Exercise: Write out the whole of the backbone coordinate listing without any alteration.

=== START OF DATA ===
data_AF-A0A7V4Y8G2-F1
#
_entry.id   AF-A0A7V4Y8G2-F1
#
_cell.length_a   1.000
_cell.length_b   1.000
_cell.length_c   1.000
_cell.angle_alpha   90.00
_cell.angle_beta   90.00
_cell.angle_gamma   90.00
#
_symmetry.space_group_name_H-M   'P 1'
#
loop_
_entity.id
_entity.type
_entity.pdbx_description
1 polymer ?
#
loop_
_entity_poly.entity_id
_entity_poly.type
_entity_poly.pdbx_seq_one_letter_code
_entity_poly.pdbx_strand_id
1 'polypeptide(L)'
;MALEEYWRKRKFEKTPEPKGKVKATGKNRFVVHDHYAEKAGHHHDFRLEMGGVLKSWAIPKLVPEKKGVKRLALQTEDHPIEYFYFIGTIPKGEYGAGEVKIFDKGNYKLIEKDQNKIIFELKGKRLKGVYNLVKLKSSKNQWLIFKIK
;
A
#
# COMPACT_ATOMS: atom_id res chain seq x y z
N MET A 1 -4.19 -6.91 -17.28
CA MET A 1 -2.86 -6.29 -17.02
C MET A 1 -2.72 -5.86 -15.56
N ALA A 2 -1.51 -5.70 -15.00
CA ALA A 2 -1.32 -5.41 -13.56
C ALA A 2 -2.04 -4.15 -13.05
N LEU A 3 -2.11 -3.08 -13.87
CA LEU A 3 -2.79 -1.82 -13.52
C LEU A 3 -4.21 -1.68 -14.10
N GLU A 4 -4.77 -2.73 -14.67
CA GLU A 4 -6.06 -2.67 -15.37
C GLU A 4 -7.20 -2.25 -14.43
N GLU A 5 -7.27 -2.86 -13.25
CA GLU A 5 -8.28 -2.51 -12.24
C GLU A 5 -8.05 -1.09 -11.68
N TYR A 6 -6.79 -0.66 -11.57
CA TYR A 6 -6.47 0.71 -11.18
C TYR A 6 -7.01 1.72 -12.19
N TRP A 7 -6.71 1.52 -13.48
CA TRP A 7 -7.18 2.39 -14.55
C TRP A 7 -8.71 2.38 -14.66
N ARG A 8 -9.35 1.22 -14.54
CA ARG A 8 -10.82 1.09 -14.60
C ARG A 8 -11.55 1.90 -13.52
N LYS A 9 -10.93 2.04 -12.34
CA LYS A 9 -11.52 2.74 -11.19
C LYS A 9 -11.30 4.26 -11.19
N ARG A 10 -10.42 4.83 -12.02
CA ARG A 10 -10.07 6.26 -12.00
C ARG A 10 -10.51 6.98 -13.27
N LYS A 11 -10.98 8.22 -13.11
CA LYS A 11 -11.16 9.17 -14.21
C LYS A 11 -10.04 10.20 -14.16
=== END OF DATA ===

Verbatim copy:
data_AF-A0A7V4Y8G2-F1
#
_entry.id   AF-A0A7V4Y8G2-F1
#
_cell.length_a   1.000
_cell.length_b   1.000
_cell.length_c   1.000
_cell.angle_alpha   90.00
_cell.angle_beta   90.00
_cell.angle_gamma   90.00
#
_symmetry.space_group_name_H-M   'P 1'
#
loop_
_entity.id
_entity.type
_entity.pdbx_description
1 polymer ?
#
loop_
_entity_poly.entity_id
_entity_poly.type
_entity_poly.pdbx_seq_one_letter_code
_entity_poly.pdbx_strand_id
1 'polypeptide(L)'
;MALEEYWRKRKFEKTPEPKGKVKATGKNRFVVHDHYAEKAGHHHDFRLEMGGVLKSWAIPKLVPEKKGVKRLALQTEDHPIEYFYFIGTIPKGEYGAGEVKIFDKGNYKLIEKDQNKIIFELKGKRLKGVYNLVKLKSSKNQWLIFKIK
;
A
#
# COMPACT_ATOMS: atom_id res chain seq x y z
N MET A 1 -4.19 -6.91 -17.28
CA MET A 1 -2.86 -6.29 -17.02
C MET A 1 -2.72 -5.86 -15.56
N ALA A 2 -1.51 -5.70 -15.00
CA ALA A 2 -1.32 -5.41 -13.56
C ALA A 2 -2.04 -4.15 -13.05
N LEU A 3 -2.11 -3.08 -13.87
CA LEU A 3 -2.79 -1.82 -13.52
C LEU A 3 -4.21 -1.68 -14.10
N GLU A 4 -4.77 -2.73 -14.67
CA GLU A 4 -6.06 -2.67 -15.37
C GLU A 4 -7.20 -2.25 -14.43
N GLU A 5 -7.27 -2.86 -13.25
CA GLU A 5 -8.28 -2.51 -12.24
C GLU A 5 -8.05 -1.09 -11.68
N TYR A 6 -6.79 -0.66 -11.57
CA TYR A 6 -6.47 0.71 -11.18
C TYR A 6 -7.01 1.72 -12.19
N TRP A 7 -6.71 1.52 -13.48
CA TRP A 7 -7.18 2.39 -14.55
C TRP A 7 -8.71 2.38 -14.66
N ARG A 8 -9.35 1.22 -14.54
CA ARG A 8 -10.82 1.09 -14.60
C ARG A 8 -11.55 1.90 -13.52
N LYS A 9 -10.93 2.04 -12.34
CA LYS A 9 -11.52 2.74 -11.19
C LYS A 9 -11.30 4.26 -11.19
N ARG A 10 -10.42 4.83 -12.02
CA ARG A 10 -10.07 6.26 -12.00
C ARG A 10 -10.51 6.98 -13.27
N LYS A 11 -10.98 8.22 -13.11
CA LYS A 11 -11.16 9.17 -14.21
C LYS A 11 -10.04 10.20 -14.16